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I just started learning c++ and there are an overwhelming amount libraries and I was wondering whether I should memorize all of it or what. I was also wondering what kind of IDE you use?

I am not sure exactly how broadly you mean when you say "there are an overwhelming amount libraries".

If you mean there are a lot of parts to the standard C++ library generally shipped with compilers then although you should not necessarily memorise all of it you should definitely become nicely familiar with its facilities and approach to doing things. You should also have access to good C++ standard library references so you can look up the fine print when needed. A good general reference is "The C++ Standard Library a Tutorial and Reference" by Nicolai M. Josuttis. As the title implies it also doubles as something of a tutorial.

You should also note which parts of the C++ standard library are just C++ and which parts are 'inherited' from the C standard library - often there are C and C++ ways for doing the same thing (to allow C++ to build C code or code that was originally C) and you should generally pick the C++ way. In some parts - maths functions for example - the C++ way is pretty much the same as the C way.

If you mean C++ libraries in general - i.e. all libraries produced written in C++ and designed to be used from C++ - then no you definitely do _not_ need to learn them all inside out - there are so many it would be an impossible task. However, when you find you require a set of facilities it is usually a good idea to see if there are existing libraries out there  that can fulfil the requirements - a C++ library if possible or a C library otherwise - Google, Bing, Yahoo etc. are your friends here. Such libraries generally support a subset of compilers and platforms and come with a variety of license types. Some may be totally free to use, others free but impose restrictions on use with your code (e.g. the GPL) which may preclude their use, others may be pay for only and use by one person or on one machine etc. If such a library requires building and is not distributed in binary form for your compiler/platform then you may need to build it from the source code.

As to the IDE I use: when developing for Microsoft Windows using the Microsoft Visual C++ compiler I use the Microsoft Visual Studio IDE. If targeting Linux using the GNU g++ compiler then I might use Eclipse CDT. Sometimes (on Linux and similar) I might not use an IDE at all if the code is very small - a single file for example. I have had jobs working on very large projects that did not use an IDE (usually on UNIX systems) - in such cases I usually used a powerful editor such as Emacs (others prefer vi) to edit and sometimes build the code.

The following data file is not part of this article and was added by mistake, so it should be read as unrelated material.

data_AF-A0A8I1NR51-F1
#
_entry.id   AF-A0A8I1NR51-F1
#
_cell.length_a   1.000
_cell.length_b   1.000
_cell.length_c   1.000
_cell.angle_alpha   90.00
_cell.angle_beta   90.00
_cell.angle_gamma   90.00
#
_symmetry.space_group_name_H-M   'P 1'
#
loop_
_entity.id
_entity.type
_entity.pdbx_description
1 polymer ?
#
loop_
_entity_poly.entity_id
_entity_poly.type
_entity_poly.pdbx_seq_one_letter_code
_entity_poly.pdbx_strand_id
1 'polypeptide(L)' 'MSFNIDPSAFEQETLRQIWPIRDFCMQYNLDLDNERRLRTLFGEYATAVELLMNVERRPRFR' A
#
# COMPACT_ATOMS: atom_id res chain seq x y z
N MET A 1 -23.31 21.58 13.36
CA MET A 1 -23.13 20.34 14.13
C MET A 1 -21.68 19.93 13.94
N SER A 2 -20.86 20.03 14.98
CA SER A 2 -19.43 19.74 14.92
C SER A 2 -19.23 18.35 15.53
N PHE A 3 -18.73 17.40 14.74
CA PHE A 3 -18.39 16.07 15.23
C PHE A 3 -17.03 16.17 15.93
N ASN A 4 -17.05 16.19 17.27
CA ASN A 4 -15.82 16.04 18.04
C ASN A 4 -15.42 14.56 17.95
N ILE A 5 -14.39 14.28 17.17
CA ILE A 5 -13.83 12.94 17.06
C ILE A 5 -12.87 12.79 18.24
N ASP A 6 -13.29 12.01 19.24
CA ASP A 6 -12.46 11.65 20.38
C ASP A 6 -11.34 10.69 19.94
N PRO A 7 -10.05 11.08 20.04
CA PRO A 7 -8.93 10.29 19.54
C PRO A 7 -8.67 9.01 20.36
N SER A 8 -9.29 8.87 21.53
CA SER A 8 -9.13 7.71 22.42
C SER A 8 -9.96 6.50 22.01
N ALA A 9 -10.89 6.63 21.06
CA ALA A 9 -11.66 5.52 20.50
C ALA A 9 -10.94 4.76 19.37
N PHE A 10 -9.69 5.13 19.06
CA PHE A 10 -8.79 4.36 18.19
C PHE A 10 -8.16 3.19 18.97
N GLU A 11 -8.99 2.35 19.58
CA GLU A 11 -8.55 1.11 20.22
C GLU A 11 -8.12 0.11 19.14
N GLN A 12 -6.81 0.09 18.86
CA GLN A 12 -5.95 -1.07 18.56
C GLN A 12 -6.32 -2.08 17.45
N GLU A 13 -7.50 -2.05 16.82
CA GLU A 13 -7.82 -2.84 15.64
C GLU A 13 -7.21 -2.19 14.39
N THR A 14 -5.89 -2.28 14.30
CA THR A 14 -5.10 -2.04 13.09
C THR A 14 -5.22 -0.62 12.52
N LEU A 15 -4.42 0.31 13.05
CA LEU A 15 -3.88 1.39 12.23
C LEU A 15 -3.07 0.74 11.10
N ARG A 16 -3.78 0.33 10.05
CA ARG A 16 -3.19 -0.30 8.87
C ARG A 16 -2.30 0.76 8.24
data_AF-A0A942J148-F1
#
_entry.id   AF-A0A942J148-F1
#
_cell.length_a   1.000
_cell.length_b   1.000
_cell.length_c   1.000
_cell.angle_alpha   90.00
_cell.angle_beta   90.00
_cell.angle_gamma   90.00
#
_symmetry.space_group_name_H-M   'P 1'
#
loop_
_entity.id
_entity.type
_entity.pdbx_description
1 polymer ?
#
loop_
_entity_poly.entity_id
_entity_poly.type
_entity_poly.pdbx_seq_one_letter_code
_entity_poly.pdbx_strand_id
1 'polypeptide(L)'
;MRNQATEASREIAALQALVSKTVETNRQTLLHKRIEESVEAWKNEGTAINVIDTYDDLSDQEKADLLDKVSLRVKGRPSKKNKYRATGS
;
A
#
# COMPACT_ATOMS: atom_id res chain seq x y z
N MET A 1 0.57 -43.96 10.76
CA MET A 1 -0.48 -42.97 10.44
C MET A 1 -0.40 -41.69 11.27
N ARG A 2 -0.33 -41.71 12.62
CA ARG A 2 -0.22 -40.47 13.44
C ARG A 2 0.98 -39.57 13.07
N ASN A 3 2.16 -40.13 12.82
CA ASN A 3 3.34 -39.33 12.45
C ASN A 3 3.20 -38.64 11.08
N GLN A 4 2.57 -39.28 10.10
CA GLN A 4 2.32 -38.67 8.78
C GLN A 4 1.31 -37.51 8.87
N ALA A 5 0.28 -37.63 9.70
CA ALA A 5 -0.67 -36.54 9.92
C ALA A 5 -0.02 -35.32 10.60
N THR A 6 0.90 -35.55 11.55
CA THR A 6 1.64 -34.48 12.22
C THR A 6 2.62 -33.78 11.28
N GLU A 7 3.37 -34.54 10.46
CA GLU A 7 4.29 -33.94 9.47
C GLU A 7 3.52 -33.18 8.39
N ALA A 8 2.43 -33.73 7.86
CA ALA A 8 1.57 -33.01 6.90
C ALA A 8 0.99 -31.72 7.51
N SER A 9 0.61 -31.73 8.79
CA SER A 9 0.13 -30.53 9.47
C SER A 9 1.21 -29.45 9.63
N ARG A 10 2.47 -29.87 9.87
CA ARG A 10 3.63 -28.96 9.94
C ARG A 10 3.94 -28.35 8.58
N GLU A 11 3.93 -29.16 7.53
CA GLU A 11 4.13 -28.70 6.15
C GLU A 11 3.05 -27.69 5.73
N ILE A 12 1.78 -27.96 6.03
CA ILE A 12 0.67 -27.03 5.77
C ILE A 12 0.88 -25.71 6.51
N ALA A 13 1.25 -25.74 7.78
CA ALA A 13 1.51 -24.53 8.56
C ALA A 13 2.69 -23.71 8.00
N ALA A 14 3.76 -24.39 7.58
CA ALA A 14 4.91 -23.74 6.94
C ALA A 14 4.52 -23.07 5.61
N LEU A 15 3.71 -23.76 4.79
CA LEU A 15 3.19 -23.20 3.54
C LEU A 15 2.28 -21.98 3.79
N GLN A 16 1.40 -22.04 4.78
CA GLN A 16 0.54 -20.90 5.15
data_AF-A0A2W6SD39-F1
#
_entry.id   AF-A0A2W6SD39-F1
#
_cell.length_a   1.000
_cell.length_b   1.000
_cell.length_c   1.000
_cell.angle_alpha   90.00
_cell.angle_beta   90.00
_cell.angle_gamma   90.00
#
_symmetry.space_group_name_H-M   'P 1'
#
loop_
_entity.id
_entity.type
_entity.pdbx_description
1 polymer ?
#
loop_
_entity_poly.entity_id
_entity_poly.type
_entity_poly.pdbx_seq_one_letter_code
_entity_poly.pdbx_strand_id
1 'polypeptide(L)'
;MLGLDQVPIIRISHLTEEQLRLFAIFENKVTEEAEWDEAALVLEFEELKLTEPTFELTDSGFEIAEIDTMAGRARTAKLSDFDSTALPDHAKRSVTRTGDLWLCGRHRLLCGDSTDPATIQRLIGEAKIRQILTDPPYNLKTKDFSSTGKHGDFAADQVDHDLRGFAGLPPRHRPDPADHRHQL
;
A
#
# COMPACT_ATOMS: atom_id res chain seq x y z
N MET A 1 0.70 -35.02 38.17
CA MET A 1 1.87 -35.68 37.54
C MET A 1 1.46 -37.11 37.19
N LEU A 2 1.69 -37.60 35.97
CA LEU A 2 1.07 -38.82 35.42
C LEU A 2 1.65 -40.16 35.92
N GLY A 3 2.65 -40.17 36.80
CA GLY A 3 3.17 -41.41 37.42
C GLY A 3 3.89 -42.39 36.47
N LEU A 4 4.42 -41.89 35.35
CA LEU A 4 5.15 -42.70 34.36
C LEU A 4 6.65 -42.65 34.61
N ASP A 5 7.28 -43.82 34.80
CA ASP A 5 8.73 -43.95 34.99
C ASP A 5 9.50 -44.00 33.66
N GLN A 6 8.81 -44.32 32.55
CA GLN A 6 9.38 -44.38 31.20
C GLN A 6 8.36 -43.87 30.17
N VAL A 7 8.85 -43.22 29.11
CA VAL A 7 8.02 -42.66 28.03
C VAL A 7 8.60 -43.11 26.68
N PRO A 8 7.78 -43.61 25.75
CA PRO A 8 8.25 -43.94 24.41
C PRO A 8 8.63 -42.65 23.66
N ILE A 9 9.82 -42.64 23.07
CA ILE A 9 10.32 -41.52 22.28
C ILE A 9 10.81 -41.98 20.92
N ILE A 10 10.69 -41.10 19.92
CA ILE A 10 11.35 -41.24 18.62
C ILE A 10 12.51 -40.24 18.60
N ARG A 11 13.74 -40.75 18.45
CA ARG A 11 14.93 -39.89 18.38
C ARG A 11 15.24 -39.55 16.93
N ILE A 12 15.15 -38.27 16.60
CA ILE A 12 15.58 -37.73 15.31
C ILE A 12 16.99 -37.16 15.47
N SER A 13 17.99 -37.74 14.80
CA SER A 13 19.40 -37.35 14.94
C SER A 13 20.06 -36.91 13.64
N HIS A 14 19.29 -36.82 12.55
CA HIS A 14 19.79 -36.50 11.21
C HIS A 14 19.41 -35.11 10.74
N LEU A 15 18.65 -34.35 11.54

Note that you do not in fact require an IDE to create and build programs in C++. You require a text editor and the command line tools. IDEs can make the development process easier however!  


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Ralph McArdell


I am a software developer with more than 15 years C++ experience and over 25 years experience developing a wide variety of applications for Windows NT/2000/XP, UNIX, Linux and other platforms. I can help with basic to advanced C++, C (although I do not write just-C much if at all these days so maybe ask in the C section about purely C matters), software development and many platform specific and system development problems.


My career started in the mid 1980s working as a batch process operator for the now defunct Inner London Education Authority, working on Prime mini computers. I then moved into the role of Programmer / Analyst, also on the Primes, then into technical support and finally into the micro computing section, using a variety of 16 and 8 bit machines. Following the demise of the ILEA I worked for a small company, now gone, called Hodos. I worked on a part task train simulator using C and the Intel DVI (Digital Video Interactive) - the hardware based predecessor to Indeo. Other projects included a CGI based train simulator (different goals to the first), and various other projects in C and Visual Basic (er, version 1 that is). When Hodos went into receivership I went freelance and finally managed to start working in C++. I initially had contracts working on train simulators (surprise) and multimedia - I worked on many of the Dorling Kindersley CD-ROM titles and wrote the screensaver games for the Wallace and Gromit Cracking Animator CD. My more recent contracts have been more traditionally IT based, working predominately in C++ on MS Windows NT, 2000. XP, Linux and UN*X. These projects have had wide ranging additional skill sets including system analysis and design, databases and SQL in various guises, C#, client server and remoting, cross porting applications between platforms and various client development processes. I have an interest in the development of the C++ core language and libraries and try to keep up with at least some of the papers on the ISO C++ Standard Committee site at


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